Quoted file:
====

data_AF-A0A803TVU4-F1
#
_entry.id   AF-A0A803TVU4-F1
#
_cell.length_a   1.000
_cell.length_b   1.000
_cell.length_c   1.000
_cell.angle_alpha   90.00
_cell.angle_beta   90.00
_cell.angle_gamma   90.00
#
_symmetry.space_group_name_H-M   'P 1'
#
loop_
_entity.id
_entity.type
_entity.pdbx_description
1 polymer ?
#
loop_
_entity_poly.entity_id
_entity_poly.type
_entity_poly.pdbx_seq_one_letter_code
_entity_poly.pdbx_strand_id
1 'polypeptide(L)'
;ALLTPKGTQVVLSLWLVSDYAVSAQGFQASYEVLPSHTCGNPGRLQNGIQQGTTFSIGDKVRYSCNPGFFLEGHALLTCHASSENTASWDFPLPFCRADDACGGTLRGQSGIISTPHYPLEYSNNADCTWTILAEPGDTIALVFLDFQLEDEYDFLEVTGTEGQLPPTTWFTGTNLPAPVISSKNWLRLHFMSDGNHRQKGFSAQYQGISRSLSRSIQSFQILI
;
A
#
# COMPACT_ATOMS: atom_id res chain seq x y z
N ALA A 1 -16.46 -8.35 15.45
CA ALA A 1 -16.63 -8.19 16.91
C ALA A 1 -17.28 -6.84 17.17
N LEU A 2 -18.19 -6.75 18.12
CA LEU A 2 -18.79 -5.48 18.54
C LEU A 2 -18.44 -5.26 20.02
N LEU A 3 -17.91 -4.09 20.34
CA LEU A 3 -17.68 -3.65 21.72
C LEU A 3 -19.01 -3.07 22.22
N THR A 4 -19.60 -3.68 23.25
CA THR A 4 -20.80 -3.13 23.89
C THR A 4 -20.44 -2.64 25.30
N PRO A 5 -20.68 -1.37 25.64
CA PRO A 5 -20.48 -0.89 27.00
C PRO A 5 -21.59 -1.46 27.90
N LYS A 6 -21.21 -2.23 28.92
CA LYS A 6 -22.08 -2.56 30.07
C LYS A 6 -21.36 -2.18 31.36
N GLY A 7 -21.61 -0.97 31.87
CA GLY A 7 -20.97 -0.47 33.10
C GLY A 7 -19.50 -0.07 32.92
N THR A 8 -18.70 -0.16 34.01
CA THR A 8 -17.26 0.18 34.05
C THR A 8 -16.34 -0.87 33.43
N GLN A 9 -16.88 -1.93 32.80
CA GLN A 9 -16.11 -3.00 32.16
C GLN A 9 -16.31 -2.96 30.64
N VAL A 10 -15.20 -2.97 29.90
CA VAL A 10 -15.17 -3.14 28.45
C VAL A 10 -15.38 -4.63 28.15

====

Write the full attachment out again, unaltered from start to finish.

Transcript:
data_AF-A0A803TVU4-F1
#
_entry.id   AF-A0A803TVU4-F1
#
_cell.length_a   1.000
_cell.length_b   1.000
_cell.length_c   1.000
_cell.angle_alpha   90.00
_cell.angle_beta   90.00
_cell.angle_gamma   90.00
#
_symmetry.space_group_name_H-M   'P 1'
#
loop_
_entity.id
_entity.type
_entity.pdbx_description
1 polymer ?
#
loop_
_entity_poly.entity_id
_entity_poly.type
_entity_poly.pdbx_seq_one_letter_code
_entity_poly.pdbx_strand_id
1 'polypeptide(L)'
;ALLTPKGTQVVLSLWLVSDYAVSAQGFQASYEVLPSHTCGNPGRLQNGIQQGTTFSIGDKVRYSCNPGFFLEGHALLTCHASSENTASWDFPLPFCRADDACGGTLRGQSGIISTPHYPLEYSNNADCTWTILAEPGDTIALVFLDFQLEDEYDFLEVTGTEGQLPPTTWFTGTNLPAPVISSKNWLRLHFMSDGNHRQKGFSAQYQGISRSLSRSIQSFQILI
;
A
#
# COMPACT_ATOMS: atom_id res chain seq x y z
N ALA A 1 -16.46 -8.35 15.45
CA ALA A 1 -16.63 -8.19 16.91
C ALA A 1 -17.28 -6.84 17.17
N LEU A 2 -18.19 -6.75 18.12
CA LEU A 2 -18.79 -5.48 18.54
C LEU A 2 -18.44 -5.26 20.02
N LEU A 3 -17.91 -4.09 20.34
CA LEU A 3 -17.68 -3.65 21.72
C LEU A 3 -19.01 -3.07 22.22
N THR A 4 -19.60 -3.68 23.25
CA THR A 4 -20.80 -3.13 23.89
C THR A 4 -20.44 -2.64 25.30
N PRO A 5 -20.68 -1.37 25.64
CA PRO A 5 -20.48 -0.89 27.00
C PRO A 5 -21.59 -1.46 27.90
N LYS A 6 -21.21 -2.23 28.92
CA LYS A 6 -22.08 -2.56 30.07
C LYS A 6 -21.36 -2.18 31.36
N GLY A 7 -21.61 -0.97 31.87
CA GLY A 7 -20.97 -0.47 33.10
C GLY A 7 -19.50 -0.07 32.92
N THR A 8 -18.70 -0.16 34.01
CA THR A 8 -17.26 0.18 34.05
C THR A 8 -16.34 -0.87 33.43
N GLN A 9 -16.88 -1.93 32.80
CA GLN A 9 -16.11 -3.00 32.16
C GLN A 9 -16.31 -2.96 30.64
N VAL A 10 -15.20 -2.97 29.90
CA VAL A 10 -15.17 -3.14 28.45
C VAL A 10 -15.38 -4.63 28.15